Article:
Seasonal variations of CO2 and 222Rn in a Mediterranean sinkhole-spring (Causse dAumelas, SE France)., 2007, Batiotguilhe Christelle, Seidel Jeanluc, Jourde Herv, Hbrard Olivier, Baillycomte Vincent
Carbon dioxide and 222Rn monitoring of the atmosphere of a Mediterranean sink hole - spring (SE France) during two hydrological cycles (from September 2004 to September 2006) showed seasonal variations with very high concentrations during summer (greater than 6% and 20000 Bq/m3, respectively). Gas dynamics in caves often show seasonal variations. Meteorological parameters (barometric pressure and temperature mainly), cave geometry and fracture networks control exchanges between the cavity and outside atmosphere. Carbon dioxide and 222Rn may have different sources (atmosphere, soil, bedrock, deep gas diffusion, in situ oxidation of organic matter and, in some caves, the key role of swift underground streams). For a CO2 origin, 13C measurements on water and gas samples taken into the cavity suggest a superficial origin. Radon-222 appears to be locally produced and transported by biogenic CO2. Further investigations will be carried out in order to study the relationship of gas-level variations with barometric pressure variations and piezometric level fluctuations within the aquifer.

Seasonal variations of CO2 and 222Rn in a Mediterranean sinkhole-spring (Causse dAumelas, SE France), 2007, Batiotguilhe Christelle, Seidel Jeanluc, Jourde Herv, Hbrard Olivier, Baillycomte Vincent
Carbon dioxide and 222Rn monitoring of the atmosphere of a Mediterranean sink hole - spring (SE France) during two hydrological cycles (from September 2004 to September 2006) showed seasonal variations with very high concentrations during summer (greater than 6% and 20 000 Bq/m3, respectively). Gas dynamics in caves often show seasonal variations. Meteorological parameters (barometric pressure and temperature mainly), cave geometry and fracture networks control exchanges between the cavity and outside atmosphere. Carbon dioxide and 222Rn may have different sources (atmosphere, soil, bedrock, deep gas diffusion, in situ oxidation of organic matter and, in some caves, the key role of swift underground streams). For a CO2 origin, 13C measurements on water and gas samples taken into the cavity suggest a superficial origin. Radon-222 appears to be locally produced and transported by biogenic CO2. Further investigations will be carried out in order to study the relationship of gas-level variations with barometric pressure variations and piezometric level fluctuations within the aquifer.

Simulation of flow processes in a large scale karst system with an integrated catchment model (Mike She) Identification of relevant parameters influencing spring discharge, 2012, Doummar J. , Sauter M. , Geyer T.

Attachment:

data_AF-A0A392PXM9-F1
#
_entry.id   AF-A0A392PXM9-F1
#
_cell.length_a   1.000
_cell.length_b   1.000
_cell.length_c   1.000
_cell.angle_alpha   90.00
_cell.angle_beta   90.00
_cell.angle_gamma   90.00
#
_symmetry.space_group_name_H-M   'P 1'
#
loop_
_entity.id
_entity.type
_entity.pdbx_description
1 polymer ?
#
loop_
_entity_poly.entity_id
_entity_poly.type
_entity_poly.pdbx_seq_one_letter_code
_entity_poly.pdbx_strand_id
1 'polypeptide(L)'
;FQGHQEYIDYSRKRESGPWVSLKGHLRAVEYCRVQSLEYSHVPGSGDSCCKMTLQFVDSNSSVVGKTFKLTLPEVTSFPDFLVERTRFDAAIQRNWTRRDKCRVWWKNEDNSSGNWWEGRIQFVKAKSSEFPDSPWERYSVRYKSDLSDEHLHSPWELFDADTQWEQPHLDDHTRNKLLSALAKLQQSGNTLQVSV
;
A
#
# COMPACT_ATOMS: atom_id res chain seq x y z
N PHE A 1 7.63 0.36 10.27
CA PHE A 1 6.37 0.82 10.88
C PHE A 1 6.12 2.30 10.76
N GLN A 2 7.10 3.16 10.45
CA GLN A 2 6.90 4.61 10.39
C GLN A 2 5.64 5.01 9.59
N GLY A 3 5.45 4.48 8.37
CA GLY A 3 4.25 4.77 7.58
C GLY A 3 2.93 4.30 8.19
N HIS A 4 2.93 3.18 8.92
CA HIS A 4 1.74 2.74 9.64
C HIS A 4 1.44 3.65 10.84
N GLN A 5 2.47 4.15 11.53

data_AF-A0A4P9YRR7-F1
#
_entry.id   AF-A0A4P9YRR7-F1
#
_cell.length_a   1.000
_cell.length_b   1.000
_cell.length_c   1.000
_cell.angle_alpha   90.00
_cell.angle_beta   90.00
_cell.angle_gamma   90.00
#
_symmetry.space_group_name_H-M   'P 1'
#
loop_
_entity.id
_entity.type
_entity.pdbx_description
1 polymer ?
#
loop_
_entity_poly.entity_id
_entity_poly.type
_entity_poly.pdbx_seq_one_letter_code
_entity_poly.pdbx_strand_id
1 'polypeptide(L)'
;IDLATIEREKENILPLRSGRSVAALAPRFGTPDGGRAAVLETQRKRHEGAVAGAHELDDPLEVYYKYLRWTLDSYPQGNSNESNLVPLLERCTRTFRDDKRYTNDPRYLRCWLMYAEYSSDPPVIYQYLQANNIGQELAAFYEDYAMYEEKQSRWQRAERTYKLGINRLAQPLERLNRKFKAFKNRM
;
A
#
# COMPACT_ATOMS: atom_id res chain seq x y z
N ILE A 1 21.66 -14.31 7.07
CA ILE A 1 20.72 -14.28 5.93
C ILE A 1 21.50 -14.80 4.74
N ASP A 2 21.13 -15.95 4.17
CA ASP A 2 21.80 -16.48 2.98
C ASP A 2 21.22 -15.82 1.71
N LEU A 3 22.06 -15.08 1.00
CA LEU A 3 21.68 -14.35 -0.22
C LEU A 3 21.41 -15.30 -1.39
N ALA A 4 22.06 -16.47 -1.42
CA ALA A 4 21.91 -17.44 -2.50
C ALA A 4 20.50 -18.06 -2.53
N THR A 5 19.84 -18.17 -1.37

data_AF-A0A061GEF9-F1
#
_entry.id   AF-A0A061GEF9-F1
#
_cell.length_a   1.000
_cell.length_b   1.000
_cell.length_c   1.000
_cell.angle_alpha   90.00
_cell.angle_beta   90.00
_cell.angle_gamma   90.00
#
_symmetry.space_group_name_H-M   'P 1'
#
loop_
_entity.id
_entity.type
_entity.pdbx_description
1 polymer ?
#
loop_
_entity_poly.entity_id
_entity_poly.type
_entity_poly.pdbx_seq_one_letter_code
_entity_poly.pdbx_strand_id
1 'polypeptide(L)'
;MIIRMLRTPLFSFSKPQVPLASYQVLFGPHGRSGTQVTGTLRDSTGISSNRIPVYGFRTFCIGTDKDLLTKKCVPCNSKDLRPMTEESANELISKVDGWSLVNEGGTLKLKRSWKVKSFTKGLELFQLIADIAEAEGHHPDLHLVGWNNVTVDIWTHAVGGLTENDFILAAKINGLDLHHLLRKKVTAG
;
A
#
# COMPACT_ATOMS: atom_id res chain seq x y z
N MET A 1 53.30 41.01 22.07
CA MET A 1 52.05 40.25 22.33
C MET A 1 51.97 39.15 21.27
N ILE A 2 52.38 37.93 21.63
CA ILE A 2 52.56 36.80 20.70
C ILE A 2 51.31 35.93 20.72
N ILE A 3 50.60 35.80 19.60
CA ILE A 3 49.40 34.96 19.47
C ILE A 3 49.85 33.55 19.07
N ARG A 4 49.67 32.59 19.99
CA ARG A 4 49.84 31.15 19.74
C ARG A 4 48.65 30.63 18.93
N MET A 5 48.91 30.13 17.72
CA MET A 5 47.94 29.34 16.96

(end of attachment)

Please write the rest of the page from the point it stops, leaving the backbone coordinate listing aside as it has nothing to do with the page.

In a complex environment such as karst systems, it is difficult to assess the relative contribution of the different components of the system to the hydrological system response, i.e. spring discharge. Not only is the saturated zone highly heterogeneous due to the presence of highly permeable conduits, but also the recharge processes. The latter are composed of rapid recharge components through shafts and solution channels and diffuse matrix infiltration, generating a highly complex, spatially and temporally variable input signal. The presented study reveals the importance of the compartments vegetation, soils, saturated zone and unsaturated zone. Therefore, the entire water cycle in the catchment area Gallusquelle spring (Southwest Germany) is modelled over a period of 10 years using the integrated hydrological modelling system Mike She by DHI (2007). Sensitivity analyses show that a few individual parameters, varied within physically plausible ranges, play an important role in reshaping the recessions and peaks of the recharge functions and consequently the spring discharge. Vegetation parameters especially the Leaf Area Index (LAI) and the root depth as well as empirical parameters in the relationship of Kristensen and Jensen highly influence evapotranspiration, transpiration to evaporation ratios and recharge respectively. In the unsaturated zone, the type of the soil (mainly the hydraulic conductivity at saturation in the water retention and hydraulic retention curves) has an effect on the infiltration/evapotranspiration and recharge functions. Additionally in the unsaturated karst, the saturated moisture content is considered as a highly indicative parameter as it significantly affects the peaks and recessions of the recharge curve. At the level of the saturated zone the hydraulic conductivity of the matrix and highly conductive zone representing the conduit are dominant parameters influencing the spring response. Other intermediate significant parameters appear to influence the characteristics of the spring response yet to a smaller extent, as for instance bypass and the parameters a in the Van Genuchten relation for soil moisture content curves.